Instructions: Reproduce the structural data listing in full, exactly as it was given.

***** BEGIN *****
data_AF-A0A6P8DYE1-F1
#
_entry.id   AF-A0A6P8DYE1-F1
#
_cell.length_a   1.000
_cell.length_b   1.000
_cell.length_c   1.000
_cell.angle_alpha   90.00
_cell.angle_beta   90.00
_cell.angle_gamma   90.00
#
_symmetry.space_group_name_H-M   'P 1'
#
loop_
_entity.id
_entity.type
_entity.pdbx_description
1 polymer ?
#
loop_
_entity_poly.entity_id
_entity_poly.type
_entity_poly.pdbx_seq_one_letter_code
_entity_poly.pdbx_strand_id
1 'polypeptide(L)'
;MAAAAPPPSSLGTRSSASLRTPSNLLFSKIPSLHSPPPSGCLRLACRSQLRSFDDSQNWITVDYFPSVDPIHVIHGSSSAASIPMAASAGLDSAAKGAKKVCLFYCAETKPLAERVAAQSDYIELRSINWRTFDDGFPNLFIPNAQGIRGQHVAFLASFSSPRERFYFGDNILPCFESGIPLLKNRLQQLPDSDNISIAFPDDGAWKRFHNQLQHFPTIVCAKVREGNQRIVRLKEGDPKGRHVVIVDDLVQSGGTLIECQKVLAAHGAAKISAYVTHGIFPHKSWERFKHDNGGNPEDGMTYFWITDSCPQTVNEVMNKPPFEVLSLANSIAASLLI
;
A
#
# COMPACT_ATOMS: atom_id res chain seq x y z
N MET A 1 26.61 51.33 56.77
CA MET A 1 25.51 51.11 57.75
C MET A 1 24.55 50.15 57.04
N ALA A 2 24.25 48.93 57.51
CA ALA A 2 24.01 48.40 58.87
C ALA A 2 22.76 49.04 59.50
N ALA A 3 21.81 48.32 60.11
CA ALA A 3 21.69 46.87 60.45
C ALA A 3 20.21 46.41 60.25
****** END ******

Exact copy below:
data_AF-A0A6P8DYE1-F1
#
_entry.id   AF-A0A6P8DYE1-F1
#
_cell.length_a   1.000
_cell.length_b   1.000
_cell.length_c   1.000
_cell.angle_alpha   90.00
_cell.angle_beta   90.00
_cell.angle_gamma   90.00
#
_symmetry.space_group_name_H-M   'P 1'
#
loop_
_entity.id
_entity.type
_entity.pdbx_description
1 polymer ?
#
loop_
_entity_poly.entity_id
_entity_poly.type
_entity_poly.pdbx_seq_one_letter_code
_entity_poly.pdbx_strand_id
1 'polypeptide(L)'
;MAAAAPPPSSLGTRSSASLRTPSNLLFSKIPSLHSPPPSGCLRLACRSQLRSFDDSQNWITVDYFPSVDPIHVIHGSSSAASIPMAASAGLDSAAKGAKKVCLFYCAETKPLAERVAAQSDYIELRSINWRTFDDGFPNLFIPNAQGIRGQHVAFLASFSSPRERFYFGDNILPCFESGIPLLKNRLQQLPDSDNISIAFPDDGAWKRFHNQLQHFPTIVCAKVREGNQRIVRLKEGDPKGRHVVIVDDLVQSGGTLIECQKVLAAHGAAKISAYVTHGIFPHKSWERFKHDNGGNPEDGMTYFWITDSCPQTVNEVMNKPPFEVLSLANSIAASLLI
;
A
#
# COMPACT_ATOMS: atom_id res chain seq x y z
N MET A 1 26.61 51.33 56.77
CA MET A 1 25.51 51.11 57.75
C MET A 1 24.55 50.15 57.04
N ALA A 2 24.25 48.93 57.51
CA ALA A 2 24.01 48.40 58.87
C ALA A 2 22.76 49.04 59.50
N ALA A 3 21.81 48.32 60.11
CA ALA A 3 21.69 46.87 60.45
C ALA A 3 20.21 46.41 60.25